The Supreme Court on Monday asked why aren't women allowed to enter Lord Ayyappa Temple in Sabarimala.
While hearing a petition filed by the Indian Young Lawyers Association, the apex court said women cannot be denied entry into the temple as long as the Indian Constitution permits it.
According to media reports, the court asked the Kerala government to submit an affidavit on granting permission to women between the ages of 10 to 50 to enter the temple. The Supreme Court also asked the Travancore Devaswom Board, which manages the Sabarimala temple, to clarify its stand on the issue.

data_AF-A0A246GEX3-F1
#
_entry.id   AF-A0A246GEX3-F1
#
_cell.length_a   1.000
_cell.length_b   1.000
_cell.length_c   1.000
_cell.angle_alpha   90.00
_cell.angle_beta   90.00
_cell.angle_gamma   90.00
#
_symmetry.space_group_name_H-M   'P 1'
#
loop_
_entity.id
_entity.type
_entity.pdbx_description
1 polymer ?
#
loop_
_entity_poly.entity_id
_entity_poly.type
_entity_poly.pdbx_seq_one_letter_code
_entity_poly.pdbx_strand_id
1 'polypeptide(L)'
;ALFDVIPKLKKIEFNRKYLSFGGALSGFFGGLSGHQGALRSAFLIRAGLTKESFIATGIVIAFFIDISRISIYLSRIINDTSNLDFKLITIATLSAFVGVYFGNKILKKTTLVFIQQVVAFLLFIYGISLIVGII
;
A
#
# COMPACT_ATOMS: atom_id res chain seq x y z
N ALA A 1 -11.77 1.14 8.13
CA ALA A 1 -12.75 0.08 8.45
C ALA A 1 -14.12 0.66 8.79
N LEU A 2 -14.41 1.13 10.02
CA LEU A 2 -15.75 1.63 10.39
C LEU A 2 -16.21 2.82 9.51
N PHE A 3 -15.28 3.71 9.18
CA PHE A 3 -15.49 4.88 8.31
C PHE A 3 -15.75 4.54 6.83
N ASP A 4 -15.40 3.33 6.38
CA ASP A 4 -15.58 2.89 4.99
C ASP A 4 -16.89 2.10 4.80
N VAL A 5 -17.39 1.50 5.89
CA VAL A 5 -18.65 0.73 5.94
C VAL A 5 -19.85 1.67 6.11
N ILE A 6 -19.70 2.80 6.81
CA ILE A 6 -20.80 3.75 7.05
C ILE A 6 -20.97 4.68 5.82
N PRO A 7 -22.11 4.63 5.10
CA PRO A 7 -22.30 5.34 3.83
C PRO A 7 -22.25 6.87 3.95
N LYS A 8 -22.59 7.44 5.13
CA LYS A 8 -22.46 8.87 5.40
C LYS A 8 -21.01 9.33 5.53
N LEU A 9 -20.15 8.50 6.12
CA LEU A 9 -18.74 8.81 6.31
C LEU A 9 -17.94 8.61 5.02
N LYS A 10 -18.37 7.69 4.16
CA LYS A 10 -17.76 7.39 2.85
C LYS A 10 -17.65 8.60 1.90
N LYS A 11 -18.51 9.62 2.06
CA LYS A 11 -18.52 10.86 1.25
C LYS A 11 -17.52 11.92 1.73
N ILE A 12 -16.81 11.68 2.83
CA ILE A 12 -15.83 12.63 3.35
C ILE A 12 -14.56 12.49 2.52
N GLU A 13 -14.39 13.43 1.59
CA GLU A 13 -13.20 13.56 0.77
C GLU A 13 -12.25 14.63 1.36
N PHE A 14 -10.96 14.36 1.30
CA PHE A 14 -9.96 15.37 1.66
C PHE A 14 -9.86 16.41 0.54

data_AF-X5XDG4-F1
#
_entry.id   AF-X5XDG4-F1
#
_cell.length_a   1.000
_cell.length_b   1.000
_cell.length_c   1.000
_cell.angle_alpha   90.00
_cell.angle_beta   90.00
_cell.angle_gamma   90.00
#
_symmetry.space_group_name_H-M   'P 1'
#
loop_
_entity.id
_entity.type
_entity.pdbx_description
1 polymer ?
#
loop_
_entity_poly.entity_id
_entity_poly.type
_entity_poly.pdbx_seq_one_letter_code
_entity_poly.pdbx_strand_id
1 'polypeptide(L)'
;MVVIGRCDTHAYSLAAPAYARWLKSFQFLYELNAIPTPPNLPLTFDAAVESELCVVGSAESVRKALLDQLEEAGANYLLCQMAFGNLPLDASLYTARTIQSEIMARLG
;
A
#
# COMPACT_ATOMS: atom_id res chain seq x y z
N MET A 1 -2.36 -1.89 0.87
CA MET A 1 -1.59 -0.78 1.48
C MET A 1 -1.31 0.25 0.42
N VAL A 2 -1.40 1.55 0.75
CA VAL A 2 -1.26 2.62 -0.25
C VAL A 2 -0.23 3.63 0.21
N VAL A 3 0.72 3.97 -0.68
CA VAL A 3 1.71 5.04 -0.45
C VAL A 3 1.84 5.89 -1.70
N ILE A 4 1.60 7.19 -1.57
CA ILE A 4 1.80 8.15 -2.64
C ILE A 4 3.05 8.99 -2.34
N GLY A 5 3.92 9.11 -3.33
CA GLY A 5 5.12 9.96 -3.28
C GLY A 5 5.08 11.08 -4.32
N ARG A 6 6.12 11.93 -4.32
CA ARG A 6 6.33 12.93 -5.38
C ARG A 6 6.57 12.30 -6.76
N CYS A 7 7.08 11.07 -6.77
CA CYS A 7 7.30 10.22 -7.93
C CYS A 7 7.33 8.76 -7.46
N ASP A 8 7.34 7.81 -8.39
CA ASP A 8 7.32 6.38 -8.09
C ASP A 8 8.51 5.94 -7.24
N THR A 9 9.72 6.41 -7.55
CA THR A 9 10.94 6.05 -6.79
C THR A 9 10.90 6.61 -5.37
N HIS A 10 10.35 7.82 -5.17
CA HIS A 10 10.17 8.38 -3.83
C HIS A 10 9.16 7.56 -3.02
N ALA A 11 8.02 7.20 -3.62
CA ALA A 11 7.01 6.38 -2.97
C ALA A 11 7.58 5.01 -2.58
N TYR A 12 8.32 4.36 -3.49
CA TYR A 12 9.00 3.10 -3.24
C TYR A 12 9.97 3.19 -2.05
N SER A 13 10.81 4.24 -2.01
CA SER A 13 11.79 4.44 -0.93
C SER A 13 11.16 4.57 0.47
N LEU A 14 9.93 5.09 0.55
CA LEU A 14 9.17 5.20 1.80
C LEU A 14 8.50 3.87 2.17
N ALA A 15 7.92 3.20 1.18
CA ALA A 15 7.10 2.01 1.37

The court questioned if the entry of women to the pilgrimage centre be regulated on the basis of any criteria other than that of religion?
Pointing out that for years women weren't granted permission to enter the temple, the state government said it has no interest in interfering with the age-old tradition.
Observing that there are differences between religion and temple, the court asked if there is any evidence to prove that women were not allowed in the temple 1,500 years ago. The SC also wondered if not permitting women in the temple does not amount to discrimination on the basis of gender.
The case will come up for hearing again later.